Insurance Terms, It’s a long list, but here are the most common insurance terms you may find in a conversation with your agent.
ACT OF GOD – An unpreventable accident or event that is the result of natural causes; for example, floods, earthquakes, or lightning.
ACTUAL CASH VALUE - “Actual Cash Value” is the replacement cost of property that is damaged or destroyed at the time of loss, with deduction for depreciation.
ADVERTISING INJURY LIABILITY - “Advertising Injury” is injury rising out of an offense committed in the course of your advertising activities, such as libel, slander, defamation, violation of privacy, piracy, unfair competition or infringement of copyright, title, or slogan
ANNUITY – contract sold by insurance companies that pays a monthly (or quarterly, semiannual, or annual) income benefit for the life of a person (annuitant), for the lives of two or more persons, or for a specified period of time.
APPRAISAL – A survey by a claims representative or claims appraiser estimating the amount of damage to property and the cost to repair or the determination of a complete loss.
ASSESSED VALUE – The monetary worth of real or personal property as a basis for its taxation. This value, established by a governmental agency, is rarely used by insurers as a means to determine indemnification.
BENEFICIARY – The person or party named by the owner of a life insurance policy to receive the policy benefit.
BINDER – temporary insurance contract providing coverage until a permanent policy is issued.
BROAD FORM INSURANCE – Coverage for numerous perils.
BUILDER’S RISK - Indemnifies for loss of or damage to a building under construction. Normally written for a specified amount on the building and applies only in the course of construction. May contain coverage for items in transit and items stored at the site.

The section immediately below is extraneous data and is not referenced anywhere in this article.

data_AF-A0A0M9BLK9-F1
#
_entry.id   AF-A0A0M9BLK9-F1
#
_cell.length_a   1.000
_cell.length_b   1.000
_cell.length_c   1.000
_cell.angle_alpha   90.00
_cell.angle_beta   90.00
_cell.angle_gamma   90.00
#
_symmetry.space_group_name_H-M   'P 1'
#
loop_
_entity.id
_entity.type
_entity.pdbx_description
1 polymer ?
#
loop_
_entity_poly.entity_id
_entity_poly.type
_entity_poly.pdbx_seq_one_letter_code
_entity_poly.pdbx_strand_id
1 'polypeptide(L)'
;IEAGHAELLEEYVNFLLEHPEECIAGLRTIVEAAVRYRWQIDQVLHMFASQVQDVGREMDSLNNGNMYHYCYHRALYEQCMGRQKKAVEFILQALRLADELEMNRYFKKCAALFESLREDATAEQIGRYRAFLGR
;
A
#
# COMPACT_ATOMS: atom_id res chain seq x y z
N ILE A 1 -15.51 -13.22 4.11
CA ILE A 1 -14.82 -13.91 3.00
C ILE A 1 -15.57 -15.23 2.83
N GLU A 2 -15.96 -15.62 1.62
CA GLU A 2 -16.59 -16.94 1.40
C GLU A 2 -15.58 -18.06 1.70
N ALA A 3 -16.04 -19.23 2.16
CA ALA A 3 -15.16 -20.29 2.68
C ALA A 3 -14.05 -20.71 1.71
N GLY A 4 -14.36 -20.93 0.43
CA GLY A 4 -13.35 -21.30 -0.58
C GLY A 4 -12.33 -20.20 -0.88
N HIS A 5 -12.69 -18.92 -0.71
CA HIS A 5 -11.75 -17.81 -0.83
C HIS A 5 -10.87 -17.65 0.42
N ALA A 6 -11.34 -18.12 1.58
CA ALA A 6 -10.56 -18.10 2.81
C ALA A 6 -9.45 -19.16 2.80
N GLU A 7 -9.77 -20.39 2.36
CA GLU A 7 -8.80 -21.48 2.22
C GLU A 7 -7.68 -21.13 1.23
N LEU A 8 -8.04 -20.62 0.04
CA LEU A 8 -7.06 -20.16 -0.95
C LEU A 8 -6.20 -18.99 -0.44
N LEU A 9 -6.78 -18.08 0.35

CATASTROPHIC LOSS - Damage resulting from a catastrophe.
CLAIM – A formal request for payment related to an event or situation that is covered under an in-force insurance policy.
COINSURANCE CLAUSE – A clause requiring the insured to maintain insurance on the property at least equal to a stipulated percentage of its value in order to collect partial losses in full.
COMMERCIAL GENERAL LIABILITY - Under this form of insurance and regarding a covered occurrence, the company will pay all sums. The insured becomes legally obligated to pay damages due to:
1. Bodily Injury (Coverage A)
2. Property Damage (Coverage B)
The insurance company has the right to defend any suit against the insured seeking damages on account of such bodily injury or property damage, even if any of the allegations of suit are groundless, false or fraudulent, and make such investigation and settlement of any claim or suit as it deems expedient.
– insurance coverage for businesses, commercial institutions, and professional organizations.
COMPLETED OPERATIONS LIABILITY
- his form of liability insurance provides coverage for bodily injury and property damage rising from completed or abandoned operations, provided the incident occurs away from the premises owned or rented by the insured.
Operations are deemed completed at the earliest of the following items:
• When all operations to be performed by or on behalf of the insured under contract have been completed.
• When all operations to be performed by or on behalf of the insured at the site of the operations have been completed.